74TH Intermountain Logging Conference...

Profit’s not a four letter word

Mirabeau Hotel
Spokane Valley, Washington

By Mike Crouse

The weather was stellar, as was the turnout, both by vendors and participants for this year’s 74th Annual Intermountain Logging Conferennce held at the Mirabeau Hotel in Spokane Valley, Washington. They pack a lot of information in the three day conference, which takes a running start with Thursday morning technical sessions.

The technical sessions features four presenters and an array of topics. Leading off was Komatsu’s Goran Zeravoca emphasizing both their Komtrax computerized monitoring system, and secondly the savings both in maintenance and fuel costs from turning off machinery rather than leaving them idling. Modern Machinery’s Joel Dupre on understanding your machinery better and encouraging operator’s to call technician’s sooner when they have machinery prolems. “...reaching faster can save you money.”

Quadco’s Darren Hadlock outlined some of the newer products out from their company, and improvements in their Keto processing heads, and Dave Duffin with Miller Welding gave a live demonstration in the parking lot on their portable welding machinery.

During the opening ceremonies, this year’s president Doug Bradetich noted that, “...our business realy IS a business...we house the world, that’s what we do. In order for us to be there we need to be able to run profitably.” He added, “...if we went away, the world would be worse off for it.”

This year’s keynote speaker was Mike Kralicek, who was raised in a logging family in the Coos Bay, Oregon area, served four years in the Air Force, and was a police officer for several years before being injured in the line of service, which ended that career. His presentation was about the perseverance imbedded deeply in his personality that’s allowed him to overcome that injury and maintain a positive attitude..

The first panel “Show me the money” had three lumber industry speakers on their individual routes in changing, modernizing, and expanding their businesses in the midst of changing markets. Idaho Forest Group’s Erol Deren led it off, followed by Welco, Inc.’s Brian Cox, and Pacific Lumber and Shipping’s Dan Bowden.

Typically an economist speaking after lunch would put the audience asleep, but Charlie McKetta, PhD. is not your typical droll economist... far from it. McKetta outlined some of the current economics in affecting the nation, the intermountain region, and the logging industry. McKetta’s power-point presentation with a series of graphs demonstrated that while we are officially in a recovery, it’s been very gradual and appears to be stalled. Many industries have adjusted, restructured, and many industries, including logging, will never quite be the same in part because of this restructuring and changed market realities.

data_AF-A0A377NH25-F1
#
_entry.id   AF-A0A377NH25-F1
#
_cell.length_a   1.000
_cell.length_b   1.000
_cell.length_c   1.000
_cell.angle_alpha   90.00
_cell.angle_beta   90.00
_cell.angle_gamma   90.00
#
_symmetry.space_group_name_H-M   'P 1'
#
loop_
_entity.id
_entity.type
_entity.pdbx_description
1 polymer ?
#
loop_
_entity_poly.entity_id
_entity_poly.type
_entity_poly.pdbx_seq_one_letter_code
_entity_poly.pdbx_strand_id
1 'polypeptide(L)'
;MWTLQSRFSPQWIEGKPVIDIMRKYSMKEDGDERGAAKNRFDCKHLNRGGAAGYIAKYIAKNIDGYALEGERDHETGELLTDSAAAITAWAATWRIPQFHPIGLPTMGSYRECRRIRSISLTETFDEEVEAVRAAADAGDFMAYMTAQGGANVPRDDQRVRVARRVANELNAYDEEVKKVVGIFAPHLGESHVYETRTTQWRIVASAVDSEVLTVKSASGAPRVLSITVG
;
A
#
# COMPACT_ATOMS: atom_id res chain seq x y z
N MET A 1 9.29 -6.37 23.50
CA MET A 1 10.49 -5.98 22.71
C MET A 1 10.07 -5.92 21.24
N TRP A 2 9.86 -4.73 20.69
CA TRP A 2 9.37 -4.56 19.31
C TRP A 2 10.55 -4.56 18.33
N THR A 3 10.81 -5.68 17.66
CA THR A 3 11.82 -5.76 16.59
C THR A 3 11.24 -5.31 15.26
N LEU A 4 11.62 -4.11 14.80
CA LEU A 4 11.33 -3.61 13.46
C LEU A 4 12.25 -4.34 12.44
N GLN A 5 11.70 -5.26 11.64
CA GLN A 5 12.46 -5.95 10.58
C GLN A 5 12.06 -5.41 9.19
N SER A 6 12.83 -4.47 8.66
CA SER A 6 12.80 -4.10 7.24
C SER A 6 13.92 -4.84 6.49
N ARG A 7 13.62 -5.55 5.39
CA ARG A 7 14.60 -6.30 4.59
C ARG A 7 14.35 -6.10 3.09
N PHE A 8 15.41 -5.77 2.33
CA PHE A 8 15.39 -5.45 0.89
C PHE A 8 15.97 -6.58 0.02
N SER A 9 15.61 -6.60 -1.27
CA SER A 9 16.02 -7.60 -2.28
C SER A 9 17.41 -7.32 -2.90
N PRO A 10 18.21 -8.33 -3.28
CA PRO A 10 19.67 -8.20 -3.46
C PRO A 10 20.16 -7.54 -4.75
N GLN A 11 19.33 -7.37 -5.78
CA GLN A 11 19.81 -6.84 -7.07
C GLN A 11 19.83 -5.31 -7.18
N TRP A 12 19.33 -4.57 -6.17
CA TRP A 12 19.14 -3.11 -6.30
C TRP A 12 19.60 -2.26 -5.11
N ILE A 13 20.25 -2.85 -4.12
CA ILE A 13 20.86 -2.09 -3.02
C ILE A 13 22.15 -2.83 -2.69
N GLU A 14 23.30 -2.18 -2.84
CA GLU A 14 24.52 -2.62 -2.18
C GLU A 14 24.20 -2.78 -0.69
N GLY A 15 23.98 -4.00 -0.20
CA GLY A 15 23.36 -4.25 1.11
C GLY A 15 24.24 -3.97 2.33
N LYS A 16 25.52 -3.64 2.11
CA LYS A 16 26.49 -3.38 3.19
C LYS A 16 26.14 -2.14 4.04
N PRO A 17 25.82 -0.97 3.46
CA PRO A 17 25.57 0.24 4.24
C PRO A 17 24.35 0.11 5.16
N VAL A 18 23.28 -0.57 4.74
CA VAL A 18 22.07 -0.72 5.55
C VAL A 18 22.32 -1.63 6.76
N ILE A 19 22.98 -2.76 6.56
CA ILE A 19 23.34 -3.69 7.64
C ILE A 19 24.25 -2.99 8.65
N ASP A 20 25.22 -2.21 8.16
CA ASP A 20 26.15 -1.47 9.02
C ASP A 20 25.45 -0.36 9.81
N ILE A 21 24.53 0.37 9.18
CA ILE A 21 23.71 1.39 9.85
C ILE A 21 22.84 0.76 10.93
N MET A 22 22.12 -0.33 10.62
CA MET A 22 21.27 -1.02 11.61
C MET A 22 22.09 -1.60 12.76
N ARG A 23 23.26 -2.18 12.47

Amongst the issues are pending foreclosures, with 2012 likely having a higher number than last year, in no small part to 28% of all homes being underwater (subject to foreclosure). As the excess inventory is added to from this, the recovery for housing ­­appears to be out towards the third quarter of 2014, McKetta said.

As to wood, timber, and lumber prices, “...there are things going on. It’s the trickle down part that’s not going on yet.” He did add, “...we expect future values will start creeping up by the summer.”

McKetta also noted, “...we don’t do biomass here, we use windmills. They’re subsidized to build, and subsidized NOT to produce,” whereas Europe is using biomass for power now.

Logging and sources of fiber are a question mark in the current outlook as well from the intermountain region, with the federal supply stagnant, REIT’s and TIMO’s changing the landscape, and privately held forests being very price sensitive, in addition to concerns over log prices, mill concentrations, and equipment availability.

Along with that the pending policy influences of the federal government in particular, although he did note on the positive side, “... it is an election year!”

His message to loggers, diversify, match your equipment to client needs (perhaps adding smaller equipment as well), increase your mobility, and “...add new services to logging...stewardship...the big market for stewardship is in small landowners.”

The conference also offered individual break out sessions covering a variety of topics, and a loader competition.
Never a dull moment at the Intermountain Logging Conference. The board and management are to be congratulated on another great show.